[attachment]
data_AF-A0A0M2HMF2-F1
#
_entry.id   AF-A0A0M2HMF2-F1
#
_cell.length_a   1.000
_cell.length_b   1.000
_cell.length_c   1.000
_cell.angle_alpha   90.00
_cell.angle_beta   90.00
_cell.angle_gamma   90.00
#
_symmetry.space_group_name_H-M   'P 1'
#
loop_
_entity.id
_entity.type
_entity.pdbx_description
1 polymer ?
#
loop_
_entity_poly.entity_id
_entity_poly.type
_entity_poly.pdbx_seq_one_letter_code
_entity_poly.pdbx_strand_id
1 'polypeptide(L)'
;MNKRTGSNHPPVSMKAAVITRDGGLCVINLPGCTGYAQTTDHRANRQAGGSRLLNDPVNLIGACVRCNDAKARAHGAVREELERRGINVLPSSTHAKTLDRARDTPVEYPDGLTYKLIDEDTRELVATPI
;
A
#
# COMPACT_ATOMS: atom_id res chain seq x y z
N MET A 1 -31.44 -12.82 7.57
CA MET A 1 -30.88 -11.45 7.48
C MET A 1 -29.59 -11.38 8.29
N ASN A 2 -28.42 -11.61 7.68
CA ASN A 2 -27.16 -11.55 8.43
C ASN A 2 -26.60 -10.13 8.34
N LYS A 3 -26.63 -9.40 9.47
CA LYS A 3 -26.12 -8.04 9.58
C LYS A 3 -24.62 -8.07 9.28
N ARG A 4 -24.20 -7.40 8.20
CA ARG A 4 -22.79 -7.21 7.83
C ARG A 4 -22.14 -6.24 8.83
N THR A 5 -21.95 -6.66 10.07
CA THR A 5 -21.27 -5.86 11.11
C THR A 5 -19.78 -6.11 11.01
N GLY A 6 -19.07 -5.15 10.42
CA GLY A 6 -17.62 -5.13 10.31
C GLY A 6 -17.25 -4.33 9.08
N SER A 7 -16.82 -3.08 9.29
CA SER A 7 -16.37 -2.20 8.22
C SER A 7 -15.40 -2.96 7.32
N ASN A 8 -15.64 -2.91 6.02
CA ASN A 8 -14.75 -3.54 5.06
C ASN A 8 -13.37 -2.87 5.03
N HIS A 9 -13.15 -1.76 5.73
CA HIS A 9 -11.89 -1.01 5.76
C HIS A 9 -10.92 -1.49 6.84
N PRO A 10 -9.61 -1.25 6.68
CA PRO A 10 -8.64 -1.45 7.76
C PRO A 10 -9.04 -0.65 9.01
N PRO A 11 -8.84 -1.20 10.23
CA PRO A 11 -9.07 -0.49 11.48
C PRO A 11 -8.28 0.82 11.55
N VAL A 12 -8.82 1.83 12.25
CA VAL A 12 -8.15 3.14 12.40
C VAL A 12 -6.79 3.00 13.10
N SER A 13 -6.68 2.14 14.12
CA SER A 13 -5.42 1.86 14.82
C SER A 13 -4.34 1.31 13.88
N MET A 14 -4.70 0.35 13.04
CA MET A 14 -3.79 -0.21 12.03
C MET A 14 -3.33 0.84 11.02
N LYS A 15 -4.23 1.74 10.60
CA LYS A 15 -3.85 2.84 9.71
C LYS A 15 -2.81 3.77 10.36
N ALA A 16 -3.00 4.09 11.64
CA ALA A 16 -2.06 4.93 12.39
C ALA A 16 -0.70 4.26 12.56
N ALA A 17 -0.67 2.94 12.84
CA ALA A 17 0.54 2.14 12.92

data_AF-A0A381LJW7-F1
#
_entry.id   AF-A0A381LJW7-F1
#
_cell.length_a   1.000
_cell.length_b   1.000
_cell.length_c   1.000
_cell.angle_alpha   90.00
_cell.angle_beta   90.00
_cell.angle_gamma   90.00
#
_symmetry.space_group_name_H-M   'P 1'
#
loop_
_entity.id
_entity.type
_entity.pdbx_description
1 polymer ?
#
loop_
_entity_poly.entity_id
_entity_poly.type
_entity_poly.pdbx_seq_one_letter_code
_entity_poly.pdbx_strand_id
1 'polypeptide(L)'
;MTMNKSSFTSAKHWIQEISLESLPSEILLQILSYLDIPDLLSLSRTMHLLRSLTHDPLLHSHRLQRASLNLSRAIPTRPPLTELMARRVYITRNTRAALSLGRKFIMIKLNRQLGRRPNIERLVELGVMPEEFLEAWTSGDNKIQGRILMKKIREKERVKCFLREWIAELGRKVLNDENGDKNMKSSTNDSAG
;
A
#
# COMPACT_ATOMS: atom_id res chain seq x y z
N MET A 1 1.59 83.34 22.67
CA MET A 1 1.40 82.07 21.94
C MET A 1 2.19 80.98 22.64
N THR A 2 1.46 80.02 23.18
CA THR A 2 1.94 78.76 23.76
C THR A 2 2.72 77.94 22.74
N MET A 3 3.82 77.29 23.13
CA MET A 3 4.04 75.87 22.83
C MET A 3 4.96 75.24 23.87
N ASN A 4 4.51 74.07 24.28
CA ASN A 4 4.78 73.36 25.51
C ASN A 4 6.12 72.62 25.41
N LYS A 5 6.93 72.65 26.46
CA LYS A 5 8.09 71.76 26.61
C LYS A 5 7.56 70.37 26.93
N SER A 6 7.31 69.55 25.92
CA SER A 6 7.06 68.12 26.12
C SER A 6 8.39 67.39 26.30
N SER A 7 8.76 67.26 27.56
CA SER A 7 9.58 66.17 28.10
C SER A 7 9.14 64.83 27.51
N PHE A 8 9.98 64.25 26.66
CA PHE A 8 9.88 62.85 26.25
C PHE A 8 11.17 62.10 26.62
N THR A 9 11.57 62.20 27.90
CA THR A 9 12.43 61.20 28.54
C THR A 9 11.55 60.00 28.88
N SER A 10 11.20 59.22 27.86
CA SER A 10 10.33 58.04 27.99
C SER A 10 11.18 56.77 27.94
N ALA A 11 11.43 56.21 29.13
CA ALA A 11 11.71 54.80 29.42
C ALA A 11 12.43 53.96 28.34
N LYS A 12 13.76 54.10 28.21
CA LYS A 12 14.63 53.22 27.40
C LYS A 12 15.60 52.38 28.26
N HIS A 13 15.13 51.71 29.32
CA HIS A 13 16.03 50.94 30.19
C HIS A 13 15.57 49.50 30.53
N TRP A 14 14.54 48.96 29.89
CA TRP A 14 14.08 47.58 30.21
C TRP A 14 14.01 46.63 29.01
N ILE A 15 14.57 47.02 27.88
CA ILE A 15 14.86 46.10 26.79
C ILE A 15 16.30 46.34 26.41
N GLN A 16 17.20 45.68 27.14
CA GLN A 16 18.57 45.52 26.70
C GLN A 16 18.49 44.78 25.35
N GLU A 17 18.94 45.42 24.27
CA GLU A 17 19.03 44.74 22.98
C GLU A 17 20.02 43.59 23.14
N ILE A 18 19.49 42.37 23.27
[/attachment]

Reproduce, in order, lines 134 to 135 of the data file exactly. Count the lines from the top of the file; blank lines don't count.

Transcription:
C PHE A 8 11.17 62.10 26.62
N THR A 9 11.57 62.20 27.90